FIG. 2 illustrates an end view of the inventive phantom.
FIGS. 1 and 2 depict, respectively, a side sectional view of the inventive phantom 10 taken along a longitudinal center line 12 and an end view. The phantom is made up, in the preferred embodiment, of two concentric cylinders 14 and 16 secured at the ends to annular end rings 18 and 20. The diameter of outer cylinder 14 is larger than that of inner cylinder 16 thereby defining therebetween a cylindrical space 22 which is adapted to hold a first medium which can be introduced through a fill opening normally closed by a cap 24. A volume 26 defined by cylinder 16 permits placement therein of other test objects, such as sphere 28, supported on rails 30 and 32, having a cap 34 for receiving a second medium. The position of sphere 28 within volume 26 can be adjusted relative to the center of the phantom 0 by movement on rails 30 and 32 as suggested by bidirectional arrow 36. The external surface of outer cylinder 14 may be provided with lines to facilitate alignment of the phantom with the laser patient-positioning lights (not shown) which form part of the NMR scanner. Such lines are suggested in FIG. 1 by a horizontal line designated 31 coincident with line 12 passing through the longitudinal center of the phantom and a plurality of vertical lines located circumferentially on the outer surface of cylinder 14, collectively designated by reference numeral 33.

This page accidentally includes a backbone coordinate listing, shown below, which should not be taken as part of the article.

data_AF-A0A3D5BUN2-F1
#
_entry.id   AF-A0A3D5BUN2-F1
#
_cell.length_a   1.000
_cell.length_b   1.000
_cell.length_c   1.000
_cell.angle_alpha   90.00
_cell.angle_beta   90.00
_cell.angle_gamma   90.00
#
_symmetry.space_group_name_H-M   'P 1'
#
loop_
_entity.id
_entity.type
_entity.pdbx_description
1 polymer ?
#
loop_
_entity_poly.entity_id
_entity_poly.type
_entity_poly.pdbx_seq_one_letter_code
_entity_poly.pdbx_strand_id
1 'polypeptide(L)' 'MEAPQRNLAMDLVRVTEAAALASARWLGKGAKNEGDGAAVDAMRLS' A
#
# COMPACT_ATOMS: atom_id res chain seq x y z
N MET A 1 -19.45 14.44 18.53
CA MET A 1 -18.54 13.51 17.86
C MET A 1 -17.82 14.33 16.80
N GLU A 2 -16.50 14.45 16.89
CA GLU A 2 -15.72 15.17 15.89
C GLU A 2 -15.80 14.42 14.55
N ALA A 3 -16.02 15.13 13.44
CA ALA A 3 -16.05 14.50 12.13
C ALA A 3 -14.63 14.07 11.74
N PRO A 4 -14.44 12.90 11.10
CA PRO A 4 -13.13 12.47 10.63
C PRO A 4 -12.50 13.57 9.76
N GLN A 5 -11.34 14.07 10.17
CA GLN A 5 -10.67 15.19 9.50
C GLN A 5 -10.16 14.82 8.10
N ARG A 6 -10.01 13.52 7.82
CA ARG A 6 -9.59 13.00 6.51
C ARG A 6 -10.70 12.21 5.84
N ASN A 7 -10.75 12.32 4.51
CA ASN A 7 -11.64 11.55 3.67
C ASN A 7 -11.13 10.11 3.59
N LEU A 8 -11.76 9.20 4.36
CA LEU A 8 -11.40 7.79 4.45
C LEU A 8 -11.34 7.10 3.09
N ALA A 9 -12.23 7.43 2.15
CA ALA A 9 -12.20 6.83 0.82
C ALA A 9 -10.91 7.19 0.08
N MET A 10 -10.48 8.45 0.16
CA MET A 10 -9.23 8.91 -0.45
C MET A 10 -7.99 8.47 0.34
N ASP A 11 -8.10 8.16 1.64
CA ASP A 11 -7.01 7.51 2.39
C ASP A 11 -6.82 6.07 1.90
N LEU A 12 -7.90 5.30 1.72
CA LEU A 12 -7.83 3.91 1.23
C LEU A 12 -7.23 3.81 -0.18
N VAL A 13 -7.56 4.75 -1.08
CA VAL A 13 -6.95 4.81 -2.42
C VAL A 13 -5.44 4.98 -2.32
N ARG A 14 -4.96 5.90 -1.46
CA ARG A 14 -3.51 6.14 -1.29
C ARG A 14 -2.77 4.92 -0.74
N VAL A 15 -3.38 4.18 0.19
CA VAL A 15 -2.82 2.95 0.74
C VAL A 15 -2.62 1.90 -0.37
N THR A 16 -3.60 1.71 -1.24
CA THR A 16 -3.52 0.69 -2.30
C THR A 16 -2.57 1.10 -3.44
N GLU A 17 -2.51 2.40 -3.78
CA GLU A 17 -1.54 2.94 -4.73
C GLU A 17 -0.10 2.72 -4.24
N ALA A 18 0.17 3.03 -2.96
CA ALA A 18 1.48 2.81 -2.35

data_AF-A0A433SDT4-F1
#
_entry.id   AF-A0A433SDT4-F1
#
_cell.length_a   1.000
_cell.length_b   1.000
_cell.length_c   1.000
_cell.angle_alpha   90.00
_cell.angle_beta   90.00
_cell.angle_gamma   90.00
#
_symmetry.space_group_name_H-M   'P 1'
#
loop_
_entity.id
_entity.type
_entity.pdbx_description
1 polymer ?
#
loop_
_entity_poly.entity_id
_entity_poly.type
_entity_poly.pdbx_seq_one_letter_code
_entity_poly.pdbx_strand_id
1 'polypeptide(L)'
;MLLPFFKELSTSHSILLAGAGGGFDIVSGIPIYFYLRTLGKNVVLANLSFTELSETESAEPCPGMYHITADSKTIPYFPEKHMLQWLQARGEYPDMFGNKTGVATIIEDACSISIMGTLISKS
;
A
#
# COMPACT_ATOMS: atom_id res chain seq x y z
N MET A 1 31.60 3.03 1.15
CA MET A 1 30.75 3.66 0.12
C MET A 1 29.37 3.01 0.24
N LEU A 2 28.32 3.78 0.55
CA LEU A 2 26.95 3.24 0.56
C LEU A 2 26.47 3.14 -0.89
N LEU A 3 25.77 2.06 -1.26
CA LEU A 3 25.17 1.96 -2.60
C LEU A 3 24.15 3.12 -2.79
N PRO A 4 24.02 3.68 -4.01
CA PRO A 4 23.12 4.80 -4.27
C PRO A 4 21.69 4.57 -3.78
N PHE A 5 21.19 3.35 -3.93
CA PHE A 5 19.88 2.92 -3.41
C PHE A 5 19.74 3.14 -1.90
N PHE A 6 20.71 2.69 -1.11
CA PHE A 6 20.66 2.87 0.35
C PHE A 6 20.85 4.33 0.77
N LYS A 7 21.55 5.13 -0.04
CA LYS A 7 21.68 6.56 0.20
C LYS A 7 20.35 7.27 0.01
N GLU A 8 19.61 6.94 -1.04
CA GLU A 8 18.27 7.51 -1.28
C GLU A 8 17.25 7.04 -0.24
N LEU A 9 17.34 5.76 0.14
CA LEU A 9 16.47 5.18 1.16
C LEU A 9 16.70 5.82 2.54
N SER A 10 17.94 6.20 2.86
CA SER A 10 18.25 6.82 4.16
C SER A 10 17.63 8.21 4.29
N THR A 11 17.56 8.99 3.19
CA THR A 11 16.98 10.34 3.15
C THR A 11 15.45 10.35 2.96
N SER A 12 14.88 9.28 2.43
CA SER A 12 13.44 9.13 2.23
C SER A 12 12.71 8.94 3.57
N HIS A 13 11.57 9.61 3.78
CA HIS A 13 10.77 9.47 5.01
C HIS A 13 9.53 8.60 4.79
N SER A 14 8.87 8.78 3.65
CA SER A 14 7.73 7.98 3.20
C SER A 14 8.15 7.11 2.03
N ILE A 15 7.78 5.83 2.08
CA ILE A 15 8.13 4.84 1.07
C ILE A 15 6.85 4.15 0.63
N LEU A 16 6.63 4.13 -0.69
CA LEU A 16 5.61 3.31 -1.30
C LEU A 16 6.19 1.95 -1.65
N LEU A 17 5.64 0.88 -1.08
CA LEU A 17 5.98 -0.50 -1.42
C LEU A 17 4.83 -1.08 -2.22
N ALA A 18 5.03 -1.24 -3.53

The phantom is fabricated from materials compatible with NMR applications. Such materials are, for example, non-metallic, non-NMR active and non-hydroscopic. Suitable materials include various types of polycarbonate, acrylic and polystryrene plastics. Acrylic materials are preferred due to their desirable bonding and machining properties. The size of the phantom is selected such that it fits within the RF coil (that is, the head or body coil) and is approximately equal to the length of the coil. In general, it is desirable to attain a high fill factor. To this end, the phantom diameter, for example, is selected to be large relative to the diameter of the RF coil. In one embodiment of a phantom for use with a body coil, cylinder 14 was selected to have an outside diameter of 135/8 inches and a 1/4 inch thick wall, while cylinder 16 was selected to have an outside diameter of 12 inches and a wall thickness of 3/16 inch. Both cylinders were 24 inches long. The cylindrical geometry is preferred to provide a surface that approximates the shape of the object studied (e.g., a patient) and an anatomically representative load to the RF coil, as well as to minimize RF field non-uniformity introduced by the phantom, itself. Other shapes, such as ellipsoidal and polygonal may also be advantageously employed.
The phantom geometry described above exploits the nature of the loading of the RF coil by eliminating all phantom material except for the outer shell (volume 22) defined by the two cylinders so as to achieve a lightweight phantom which provides a loading effect similar to that of a patient body or head. This can be understood by considering that the radio-frequency field in an NMR scanner is nearly all magnetic so that induction heating is the principal mechanism for dissipation of RF energy. The heating at a point on the surface of the phantom is proportional to the square of the radius of an eddy current loop (induced by an RF pulse) passing through that point. As a consequence, most of the loading caused by a homogeneous lossy object in an NMR scanner is due to the material near the object surface.